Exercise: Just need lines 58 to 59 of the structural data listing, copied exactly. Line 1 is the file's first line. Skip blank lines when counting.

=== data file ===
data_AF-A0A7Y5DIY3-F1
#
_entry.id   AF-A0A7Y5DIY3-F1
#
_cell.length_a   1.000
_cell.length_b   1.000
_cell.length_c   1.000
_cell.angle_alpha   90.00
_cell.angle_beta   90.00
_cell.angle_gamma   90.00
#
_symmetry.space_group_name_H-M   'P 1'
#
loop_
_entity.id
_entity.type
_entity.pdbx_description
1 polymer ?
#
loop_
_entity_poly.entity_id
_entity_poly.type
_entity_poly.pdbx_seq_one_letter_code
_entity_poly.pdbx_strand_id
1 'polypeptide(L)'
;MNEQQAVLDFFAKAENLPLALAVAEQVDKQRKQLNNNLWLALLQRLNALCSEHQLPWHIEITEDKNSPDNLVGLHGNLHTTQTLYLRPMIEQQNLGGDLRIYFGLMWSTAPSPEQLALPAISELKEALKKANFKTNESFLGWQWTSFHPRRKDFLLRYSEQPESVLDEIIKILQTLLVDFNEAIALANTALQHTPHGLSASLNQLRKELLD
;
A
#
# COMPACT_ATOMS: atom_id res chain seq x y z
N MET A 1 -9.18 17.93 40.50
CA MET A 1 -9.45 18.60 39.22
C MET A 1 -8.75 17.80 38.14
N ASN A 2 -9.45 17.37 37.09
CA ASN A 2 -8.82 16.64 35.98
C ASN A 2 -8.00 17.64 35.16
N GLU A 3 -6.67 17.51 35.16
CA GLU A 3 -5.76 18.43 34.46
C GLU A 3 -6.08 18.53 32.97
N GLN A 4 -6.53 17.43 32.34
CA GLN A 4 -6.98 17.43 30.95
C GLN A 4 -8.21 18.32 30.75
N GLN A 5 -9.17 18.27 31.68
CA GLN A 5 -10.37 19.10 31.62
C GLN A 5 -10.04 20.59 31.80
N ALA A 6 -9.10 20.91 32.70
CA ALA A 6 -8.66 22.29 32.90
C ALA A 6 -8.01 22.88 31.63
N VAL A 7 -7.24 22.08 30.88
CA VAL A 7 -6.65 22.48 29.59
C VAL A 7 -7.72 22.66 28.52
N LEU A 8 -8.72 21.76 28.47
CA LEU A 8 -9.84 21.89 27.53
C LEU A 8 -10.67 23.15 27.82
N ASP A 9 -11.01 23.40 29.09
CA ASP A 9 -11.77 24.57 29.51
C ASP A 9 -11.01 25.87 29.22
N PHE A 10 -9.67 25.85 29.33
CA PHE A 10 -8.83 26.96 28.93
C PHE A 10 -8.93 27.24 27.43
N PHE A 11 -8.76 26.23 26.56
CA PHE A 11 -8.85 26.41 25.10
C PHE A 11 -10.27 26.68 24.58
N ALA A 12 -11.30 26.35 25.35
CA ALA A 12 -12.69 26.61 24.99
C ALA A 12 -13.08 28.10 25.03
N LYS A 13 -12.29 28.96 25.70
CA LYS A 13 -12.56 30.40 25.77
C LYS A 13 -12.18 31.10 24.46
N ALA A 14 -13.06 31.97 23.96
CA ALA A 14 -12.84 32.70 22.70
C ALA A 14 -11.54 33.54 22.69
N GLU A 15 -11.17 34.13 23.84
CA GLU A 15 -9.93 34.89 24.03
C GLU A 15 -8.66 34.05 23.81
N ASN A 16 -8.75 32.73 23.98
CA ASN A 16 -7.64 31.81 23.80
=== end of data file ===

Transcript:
N PHE A 10 -9.67 25.85 29.33
CA PHE A 10 -8.83 26.96 28.93